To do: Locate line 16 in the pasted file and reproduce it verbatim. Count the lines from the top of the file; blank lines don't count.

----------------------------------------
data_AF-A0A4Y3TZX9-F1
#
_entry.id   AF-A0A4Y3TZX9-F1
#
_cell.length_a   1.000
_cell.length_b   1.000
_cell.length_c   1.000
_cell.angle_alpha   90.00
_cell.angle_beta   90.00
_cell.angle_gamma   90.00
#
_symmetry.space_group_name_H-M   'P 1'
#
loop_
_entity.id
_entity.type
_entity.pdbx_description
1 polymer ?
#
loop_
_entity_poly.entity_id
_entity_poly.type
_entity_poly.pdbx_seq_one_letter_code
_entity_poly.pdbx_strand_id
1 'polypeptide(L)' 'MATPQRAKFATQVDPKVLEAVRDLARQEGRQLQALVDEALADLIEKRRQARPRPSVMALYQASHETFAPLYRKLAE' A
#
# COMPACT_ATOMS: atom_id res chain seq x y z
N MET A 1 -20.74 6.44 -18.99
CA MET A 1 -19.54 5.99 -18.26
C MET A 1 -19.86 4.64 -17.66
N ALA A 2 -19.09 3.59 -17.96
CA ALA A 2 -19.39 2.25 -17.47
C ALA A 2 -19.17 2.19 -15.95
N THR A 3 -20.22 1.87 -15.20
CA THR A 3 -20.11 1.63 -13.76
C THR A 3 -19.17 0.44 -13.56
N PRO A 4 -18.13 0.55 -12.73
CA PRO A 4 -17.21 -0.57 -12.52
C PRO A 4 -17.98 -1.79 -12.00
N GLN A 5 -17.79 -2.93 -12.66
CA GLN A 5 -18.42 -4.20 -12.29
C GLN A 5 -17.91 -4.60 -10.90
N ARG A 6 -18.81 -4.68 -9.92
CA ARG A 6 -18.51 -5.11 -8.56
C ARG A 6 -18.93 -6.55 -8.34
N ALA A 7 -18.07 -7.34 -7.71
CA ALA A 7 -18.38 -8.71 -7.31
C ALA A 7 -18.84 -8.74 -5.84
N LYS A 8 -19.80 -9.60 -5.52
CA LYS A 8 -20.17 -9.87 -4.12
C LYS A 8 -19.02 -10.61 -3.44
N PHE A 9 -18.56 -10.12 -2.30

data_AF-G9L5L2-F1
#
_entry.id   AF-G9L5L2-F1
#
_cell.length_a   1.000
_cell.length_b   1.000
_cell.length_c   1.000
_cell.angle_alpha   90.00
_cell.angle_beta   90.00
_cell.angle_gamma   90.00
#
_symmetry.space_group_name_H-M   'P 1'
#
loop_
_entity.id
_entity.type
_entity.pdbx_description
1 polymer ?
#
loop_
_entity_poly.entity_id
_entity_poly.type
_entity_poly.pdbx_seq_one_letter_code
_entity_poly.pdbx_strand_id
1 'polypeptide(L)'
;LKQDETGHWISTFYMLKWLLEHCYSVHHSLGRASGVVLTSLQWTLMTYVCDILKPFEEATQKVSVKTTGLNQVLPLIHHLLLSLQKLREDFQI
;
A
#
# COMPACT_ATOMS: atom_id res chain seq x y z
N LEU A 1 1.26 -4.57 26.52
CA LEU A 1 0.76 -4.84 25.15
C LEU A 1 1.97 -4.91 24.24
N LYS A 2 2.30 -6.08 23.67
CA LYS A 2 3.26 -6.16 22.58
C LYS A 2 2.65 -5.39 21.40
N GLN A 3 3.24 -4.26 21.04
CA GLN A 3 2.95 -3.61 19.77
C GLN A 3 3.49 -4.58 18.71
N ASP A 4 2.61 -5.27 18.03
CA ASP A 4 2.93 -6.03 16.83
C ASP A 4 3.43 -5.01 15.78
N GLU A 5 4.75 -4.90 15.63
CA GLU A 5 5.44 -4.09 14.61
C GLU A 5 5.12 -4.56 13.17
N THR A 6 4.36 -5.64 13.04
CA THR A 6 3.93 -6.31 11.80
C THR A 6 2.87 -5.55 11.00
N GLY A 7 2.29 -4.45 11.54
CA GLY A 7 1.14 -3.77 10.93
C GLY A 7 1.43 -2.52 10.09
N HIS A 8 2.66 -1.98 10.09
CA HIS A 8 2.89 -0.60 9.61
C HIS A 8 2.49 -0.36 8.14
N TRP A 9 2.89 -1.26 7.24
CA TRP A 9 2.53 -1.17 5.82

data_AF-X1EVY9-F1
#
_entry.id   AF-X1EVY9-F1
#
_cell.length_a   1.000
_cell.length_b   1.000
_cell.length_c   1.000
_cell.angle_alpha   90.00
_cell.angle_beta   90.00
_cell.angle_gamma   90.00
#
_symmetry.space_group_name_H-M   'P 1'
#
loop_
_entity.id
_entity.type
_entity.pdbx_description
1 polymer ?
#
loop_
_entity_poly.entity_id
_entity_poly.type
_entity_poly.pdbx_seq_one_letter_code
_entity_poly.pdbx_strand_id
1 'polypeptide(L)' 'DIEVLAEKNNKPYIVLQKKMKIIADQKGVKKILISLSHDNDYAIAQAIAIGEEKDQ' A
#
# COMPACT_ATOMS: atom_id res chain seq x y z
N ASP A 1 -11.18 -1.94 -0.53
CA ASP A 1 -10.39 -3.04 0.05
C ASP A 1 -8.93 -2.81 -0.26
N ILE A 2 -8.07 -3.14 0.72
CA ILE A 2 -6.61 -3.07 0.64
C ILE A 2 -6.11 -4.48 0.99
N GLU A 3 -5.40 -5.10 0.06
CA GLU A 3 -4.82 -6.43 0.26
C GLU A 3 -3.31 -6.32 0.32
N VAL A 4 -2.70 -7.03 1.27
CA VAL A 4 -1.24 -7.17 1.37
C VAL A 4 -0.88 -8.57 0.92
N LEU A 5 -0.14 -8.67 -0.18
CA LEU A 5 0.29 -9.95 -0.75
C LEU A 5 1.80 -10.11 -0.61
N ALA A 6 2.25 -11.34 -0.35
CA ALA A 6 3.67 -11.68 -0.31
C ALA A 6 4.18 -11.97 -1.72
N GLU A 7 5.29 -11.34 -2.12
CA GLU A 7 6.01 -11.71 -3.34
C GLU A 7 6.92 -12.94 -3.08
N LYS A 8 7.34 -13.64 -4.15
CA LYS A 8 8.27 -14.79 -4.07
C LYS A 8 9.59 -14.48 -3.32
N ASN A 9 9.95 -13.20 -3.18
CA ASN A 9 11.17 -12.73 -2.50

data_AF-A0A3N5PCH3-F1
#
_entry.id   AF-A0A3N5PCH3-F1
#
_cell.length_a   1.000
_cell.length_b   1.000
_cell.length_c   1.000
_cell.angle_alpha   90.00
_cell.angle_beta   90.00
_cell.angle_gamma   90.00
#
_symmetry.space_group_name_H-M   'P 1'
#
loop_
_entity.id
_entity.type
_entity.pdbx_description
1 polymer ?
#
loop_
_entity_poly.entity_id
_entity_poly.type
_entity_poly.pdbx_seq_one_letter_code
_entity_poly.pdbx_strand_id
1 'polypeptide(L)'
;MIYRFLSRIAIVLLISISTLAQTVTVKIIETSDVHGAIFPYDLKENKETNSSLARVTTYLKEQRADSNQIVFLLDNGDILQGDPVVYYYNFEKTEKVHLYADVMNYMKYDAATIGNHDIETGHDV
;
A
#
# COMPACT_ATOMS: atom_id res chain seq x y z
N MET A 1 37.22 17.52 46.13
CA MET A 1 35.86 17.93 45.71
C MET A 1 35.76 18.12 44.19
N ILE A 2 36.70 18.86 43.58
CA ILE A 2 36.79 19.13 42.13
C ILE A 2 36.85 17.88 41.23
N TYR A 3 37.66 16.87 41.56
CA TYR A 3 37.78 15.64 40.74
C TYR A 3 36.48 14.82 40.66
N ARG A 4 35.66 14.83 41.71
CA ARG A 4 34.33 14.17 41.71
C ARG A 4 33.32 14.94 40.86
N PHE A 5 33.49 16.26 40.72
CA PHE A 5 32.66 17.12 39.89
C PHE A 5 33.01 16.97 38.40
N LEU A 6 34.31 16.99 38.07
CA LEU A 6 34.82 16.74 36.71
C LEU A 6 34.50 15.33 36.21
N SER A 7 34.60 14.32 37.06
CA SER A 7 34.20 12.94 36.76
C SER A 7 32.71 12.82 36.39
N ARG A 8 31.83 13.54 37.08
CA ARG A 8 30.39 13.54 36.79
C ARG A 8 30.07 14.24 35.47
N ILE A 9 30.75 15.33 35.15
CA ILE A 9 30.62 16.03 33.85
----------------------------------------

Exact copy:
_entity.type